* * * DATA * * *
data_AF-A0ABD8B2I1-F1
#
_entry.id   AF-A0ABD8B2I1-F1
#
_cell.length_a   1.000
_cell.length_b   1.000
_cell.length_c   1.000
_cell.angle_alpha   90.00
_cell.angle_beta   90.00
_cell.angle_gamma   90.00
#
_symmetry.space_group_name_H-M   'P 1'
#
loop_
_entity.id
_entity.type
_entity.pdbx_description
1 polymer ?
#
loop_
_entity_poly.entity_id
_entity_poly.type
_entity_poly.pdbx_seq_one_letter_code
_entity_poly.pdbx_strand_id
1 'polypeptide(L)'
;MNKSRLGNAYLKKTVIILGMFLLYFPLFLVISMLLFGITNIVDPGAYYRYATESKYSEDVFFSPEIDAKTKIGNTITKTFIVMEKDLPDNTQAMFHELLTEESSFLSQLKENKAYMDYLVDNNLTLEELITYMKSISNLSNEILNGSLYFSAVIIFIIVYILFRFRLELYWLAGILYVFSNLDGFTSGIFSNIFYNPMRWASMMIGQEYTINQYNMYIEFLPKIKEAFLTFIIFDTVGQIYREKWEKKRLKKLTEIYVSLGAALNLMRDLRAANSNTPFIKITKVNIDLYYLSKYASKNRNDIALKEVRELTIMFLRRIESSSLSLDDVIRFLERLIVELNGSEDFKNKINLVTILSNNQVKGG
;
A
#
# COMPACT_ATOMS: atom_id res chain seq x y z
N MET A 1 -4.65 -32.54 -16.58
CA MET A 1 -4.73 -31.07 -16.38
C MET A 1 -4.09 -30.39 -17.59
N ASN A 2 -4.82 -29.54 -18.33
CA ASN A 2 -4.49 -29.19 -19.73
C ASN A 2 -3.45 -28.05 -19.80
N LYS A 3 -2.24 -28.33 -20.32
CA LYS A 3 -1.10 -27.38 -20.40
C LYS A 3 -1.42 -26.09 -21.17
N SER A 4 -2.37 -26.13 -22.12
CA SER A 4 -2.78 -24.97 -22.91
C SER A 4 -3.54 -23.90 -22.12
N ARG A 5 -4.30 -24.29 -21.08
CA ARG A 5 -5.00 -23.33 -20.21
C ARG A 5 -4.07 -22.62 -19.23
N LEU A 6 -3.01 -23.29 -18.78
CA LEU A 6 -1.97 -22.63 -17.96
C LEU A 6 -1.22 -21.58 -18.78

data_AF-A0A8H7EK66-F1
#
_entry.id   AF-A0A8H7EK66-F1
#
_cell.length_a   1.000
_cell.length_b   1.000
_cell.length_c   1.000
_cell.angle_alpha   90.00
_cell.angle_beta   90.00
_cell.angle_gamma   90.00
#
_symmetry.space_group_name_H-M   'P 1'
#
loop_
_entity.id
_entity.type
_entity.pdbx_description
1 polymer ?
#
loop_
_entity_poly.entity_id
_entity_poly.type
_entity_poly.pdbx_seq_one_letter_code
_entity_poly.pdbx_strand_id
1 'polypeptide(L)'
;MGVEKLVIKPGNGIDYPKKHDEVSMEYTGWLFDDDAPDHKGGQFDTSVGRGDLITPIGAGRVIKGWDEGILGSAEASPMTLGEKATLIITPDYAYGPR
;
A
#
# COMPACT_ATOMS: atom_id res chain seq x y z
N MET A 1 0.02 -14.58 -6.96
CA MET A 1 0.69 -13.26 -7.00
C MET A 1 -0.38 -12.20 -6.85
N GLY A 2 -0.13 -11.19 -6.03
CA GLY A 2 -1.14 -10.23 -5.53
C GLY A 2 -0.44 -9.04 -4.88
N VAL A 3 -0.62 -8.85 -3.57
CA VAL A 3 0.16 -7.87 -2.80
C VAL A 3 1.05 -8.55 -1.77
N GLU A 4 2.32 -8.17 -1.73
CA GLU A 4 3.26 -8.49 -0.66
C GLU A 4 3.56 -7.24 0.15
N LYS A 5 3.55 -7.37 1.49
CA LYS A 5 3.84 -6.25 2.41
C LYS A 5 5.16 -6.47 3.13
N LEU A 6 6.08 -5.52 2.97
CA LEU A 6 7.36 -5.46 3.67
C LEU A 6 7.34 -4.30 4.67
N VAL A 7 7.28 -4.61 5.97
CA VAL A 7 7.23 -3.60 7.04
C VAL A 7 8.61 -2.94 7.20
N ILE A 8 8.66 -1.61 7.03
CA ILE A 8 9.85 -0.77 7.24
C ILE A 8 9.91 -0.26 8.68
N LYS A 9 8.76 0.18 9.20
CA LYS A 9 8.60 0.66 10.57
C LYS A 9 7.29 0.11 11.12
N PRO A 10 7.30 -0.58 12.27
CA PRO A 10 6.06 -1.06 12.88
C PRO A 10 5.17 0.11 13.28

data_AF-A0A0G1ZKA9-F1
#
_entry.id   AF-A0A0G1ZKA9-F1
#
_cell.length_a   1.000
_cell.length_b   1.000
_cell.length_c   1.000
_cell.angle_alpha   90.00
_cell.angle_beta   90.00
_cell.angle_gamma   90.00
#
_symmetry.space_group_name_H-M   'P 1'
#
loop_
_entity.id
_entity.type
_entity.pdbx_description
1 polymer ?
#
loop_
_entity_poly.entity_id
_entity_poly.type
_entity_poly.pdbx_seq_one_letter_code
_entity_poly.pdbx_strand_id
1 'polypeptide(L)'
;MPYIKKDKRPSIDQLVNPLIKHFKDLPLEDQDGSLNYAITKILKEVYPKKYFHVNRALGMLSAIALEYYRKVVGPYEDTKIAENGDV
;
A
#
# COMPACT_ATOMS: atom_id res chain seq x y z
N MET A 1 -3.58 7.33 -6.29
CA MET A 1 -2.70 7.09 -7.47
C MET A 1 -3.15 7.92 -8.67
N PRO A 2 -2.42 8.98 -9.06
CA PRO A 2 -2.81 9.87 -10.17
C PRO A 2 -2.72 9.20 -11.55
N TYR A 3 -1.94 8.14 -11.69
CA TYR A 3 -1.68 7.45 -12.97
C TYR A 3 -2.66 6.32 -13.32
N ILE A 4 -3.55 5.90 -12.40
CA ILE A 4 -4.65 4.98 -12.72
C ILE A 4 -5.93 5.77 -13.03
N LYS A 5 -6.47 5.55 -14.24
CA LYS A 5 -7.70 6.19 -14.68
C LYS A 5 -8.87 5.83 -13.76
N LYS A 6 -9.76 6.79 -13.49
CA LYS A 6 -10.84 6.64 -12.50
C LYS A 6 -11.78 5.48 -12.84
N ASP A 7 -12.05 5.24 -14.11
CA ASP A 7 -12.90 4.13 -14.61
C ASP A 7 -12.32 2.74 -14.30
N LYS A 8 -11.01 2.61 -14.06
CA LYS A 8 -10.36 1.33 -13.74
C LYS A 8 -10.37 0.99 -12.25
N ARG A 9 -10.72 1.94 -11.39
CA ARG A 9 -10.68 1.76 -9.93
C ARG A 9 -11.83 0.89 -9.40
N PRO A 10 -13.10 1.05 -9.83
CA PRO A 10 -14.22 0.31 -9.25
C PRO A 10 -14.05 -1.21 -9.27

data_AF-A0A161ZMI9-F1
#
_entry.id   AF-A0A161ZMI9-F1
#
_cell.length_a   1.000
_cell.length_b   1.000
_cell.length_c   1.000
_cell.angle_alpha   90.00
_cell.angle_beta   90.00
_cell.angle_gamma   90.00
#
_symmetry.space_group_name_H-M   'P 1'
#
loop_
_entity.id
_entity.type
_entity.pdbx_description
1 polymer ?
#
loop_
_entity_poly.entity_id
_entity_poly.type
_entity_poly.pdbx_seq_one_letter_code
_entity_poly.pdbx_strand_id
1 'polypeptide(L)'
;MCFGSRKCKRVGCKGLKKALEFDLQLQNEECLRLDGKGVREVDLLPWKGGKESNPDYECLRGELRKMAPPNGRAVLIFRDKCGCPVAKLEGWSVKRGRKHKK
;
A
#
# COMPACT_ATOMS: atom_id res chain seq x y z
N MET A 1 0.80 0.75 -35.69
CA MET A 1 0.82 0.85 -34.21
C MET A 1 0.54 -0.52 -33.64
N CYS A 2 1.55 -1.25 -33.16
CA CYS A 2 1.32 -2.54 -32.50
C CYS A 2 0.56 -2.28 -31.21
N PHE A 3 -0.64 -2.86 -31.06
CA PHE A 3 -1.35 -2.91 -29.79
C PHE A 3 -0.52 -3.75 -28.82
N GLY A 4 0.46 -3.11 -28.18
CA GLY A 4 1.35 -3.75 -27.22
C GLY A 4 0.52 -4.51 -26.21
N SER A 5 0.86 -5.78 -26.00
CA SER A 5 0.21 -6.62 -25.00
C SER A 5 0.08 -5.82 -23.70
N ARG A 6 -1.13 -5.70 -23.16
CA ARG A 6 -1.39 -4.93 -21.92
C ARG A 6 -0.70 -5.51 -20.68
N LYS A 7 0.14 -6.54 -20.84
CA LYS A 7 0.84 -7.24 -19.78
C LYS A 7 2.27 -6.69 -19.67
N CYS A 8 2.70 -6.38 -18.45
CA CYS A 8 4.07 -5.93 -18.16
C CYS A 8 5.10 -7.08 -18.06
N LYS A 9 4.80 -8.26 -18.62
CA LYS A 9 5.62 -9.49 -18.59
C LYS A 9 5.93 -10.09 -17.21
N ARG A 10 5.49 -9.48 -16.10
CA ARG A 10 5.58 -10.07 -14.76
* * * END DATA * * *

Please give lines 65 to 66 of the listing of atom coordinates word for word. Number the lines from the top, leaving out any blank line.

_entity.pdbx_description
1 polymer ?